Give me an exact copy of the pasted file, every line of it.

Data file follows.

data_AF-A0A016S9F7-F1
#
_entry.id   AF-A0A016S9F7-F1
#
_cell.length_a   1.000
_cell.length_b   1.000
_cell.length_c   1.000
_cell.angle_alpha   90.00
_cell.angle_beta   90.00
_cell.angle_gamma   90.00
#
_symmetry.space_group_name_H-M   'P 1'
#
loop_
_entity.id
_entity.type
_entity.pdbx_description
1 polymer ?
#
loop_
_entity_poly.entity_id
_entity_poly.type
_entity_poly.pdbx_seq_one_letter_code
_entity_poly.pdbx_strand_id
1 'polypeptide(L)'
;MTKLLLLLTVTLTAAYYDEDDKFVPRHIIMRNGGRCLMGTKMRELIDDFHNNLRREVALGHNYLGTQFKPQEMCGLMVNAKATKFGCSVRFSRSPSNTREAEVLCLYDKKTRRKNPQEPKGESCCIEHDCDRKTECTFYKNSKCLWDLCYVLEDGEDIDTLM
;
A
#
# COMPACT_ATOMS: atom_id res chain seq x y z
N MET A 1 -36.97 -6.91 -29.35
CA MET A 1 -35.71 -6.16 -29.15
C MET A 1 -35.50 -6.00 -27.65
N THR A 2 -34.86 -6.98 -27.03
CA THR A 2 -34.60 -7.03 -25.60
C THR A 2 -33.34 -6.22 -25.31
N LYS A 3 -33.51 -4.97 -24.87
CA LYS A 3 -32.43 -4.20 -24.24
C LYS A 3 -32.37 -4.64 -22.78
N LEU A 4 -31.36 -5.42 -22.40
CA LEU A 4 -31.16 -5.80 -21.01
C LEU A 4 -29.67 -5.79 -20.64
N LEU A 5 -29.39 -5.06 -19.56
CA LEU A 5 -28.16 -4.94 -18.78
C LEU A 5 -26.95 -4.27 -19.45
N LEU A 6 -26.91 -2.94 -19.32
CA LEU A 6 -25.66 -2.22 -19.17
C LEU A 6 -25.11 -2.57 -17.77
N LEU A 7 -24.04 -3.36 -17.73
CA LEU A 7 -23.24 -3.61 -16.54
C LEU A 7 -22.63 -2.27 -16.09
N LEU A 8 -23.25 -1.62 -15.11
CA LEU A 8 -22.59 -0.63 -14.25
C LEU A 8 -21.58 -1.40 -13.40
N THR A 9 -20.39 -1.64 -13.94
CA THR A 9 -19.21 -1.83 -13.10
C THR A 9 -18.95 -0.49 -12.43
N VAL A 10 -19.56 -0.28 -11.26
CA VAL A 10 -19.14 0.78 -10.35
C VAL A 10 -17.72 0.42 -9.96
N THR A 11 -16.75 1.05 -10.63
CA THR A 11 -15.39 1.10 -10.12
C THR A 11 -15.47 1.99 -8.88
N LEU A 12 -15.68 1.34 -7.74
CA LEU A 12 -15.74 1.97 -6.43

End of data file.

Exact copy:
data_AF-A0A016S9F7-F1
#
_entry.id   AF-A0A016S9F7-F1
#
_cell.length_a   1.000
_cell.length_b   1.000
_cell.length_c   1.000
_cell.angle_alpha   90.00
_cell.angle_beta   90.00
_cell.angle_gamma   90.00
#
_symmetry.space_group_name_H-M   'P 1'
#
loop_
_entity.id
_entity.type
_entity.pdbx_description
1 polymer ?
#
loop_
_entity_poly.entity_id
_entity_poly.type
_entity_poly.pdbx_seq_one_letter_code
_entity_poly.pdbx_strand_id
1 'polypeptide(L)'
;MTKLLLLLTVTLTAAYYDEDDKFVPRHIIMRNGGRCLMGTKMRELIDDFHNNLRREVALGHNYLGTQFKPQEMCGLMVNAKATKFGCSVRFSRSPSNTREAEVLCLYDKKTRRKNPQEPKGESCCIEHDCDRKTECTFYKNSKCLWDLCYVLEDGEDIDTLM
;
A
#
# COMPACT_ATOMS: atom_id res chain seq x y z
N MET A 1 -36.97 -6.91 -29.35
CA MET A 1 -35.71 -6.16 -29.15
C MET A 1 -35.50 -6.00 -27.65
N THR A 2 -34.86 -6.98 -27.03
CA THR A 2 -34.60 -7.03 -25.60
C THR A 2 -33.34 -6.22 -25.31
N LYS A 3 -33.51 -4.97 -24.87
CA LYS A 3 -32.43 -4.20 -24.24
C LYS A 3 -32.37 -4.64 -22.78
N LEU A 4 -31.36 -5.42 -22.40
CA LEU A 4 -31.16 -5.80 -21.01
C LEU A 4 -29.67 -5.79 -20.64
N LEU A 5 -29.39 -5.06 -19.56
CA LEU A 5 -28.16 -4.94 -18.78
C LEU A 5 -26.95 -4.27 -19.45
N LEU A 6 -26.91 -2.94 -19.32
CA LEU A 6 -25.66 -2.22 -19.17
C LEU A 6 -25.11 -2.57 -17.77
N LEU A 7 -24.04 -3.36 -17.73
CA LEU A 7 -23.24 -3.61 -16.54
C LEU A 7 -22.63 -2.27 -16.09
N LEU A 8 -23.25 -1.62 -15.11
CA LEU A 8 -22.59 -0.63 -14.25
C LEU A 8 -21.58 -1.40 -13.40
N THR A 9 -20.39 -1.64 -13.94
CA THR A 9 -19.21 -1.83 -13.10
C THR A 9 -18.95 -0.49 -12.43
N VAL A 10 -19.56 -0.28 -11.26
CA VAL A 10 -19.14 0.78 -10.35
C VAL A 10 -17.72 0.42 -9.96
N THR A 11 -16.75 1.05 -10.63
CA THR A 11 -15.39 1.10 -10.12
C THR A 11 -15.47 1.99 -8.88
N LEU A 12 -15.68 1.34 -7.74
CA LEU A 12 -15.74 1.97 -6.43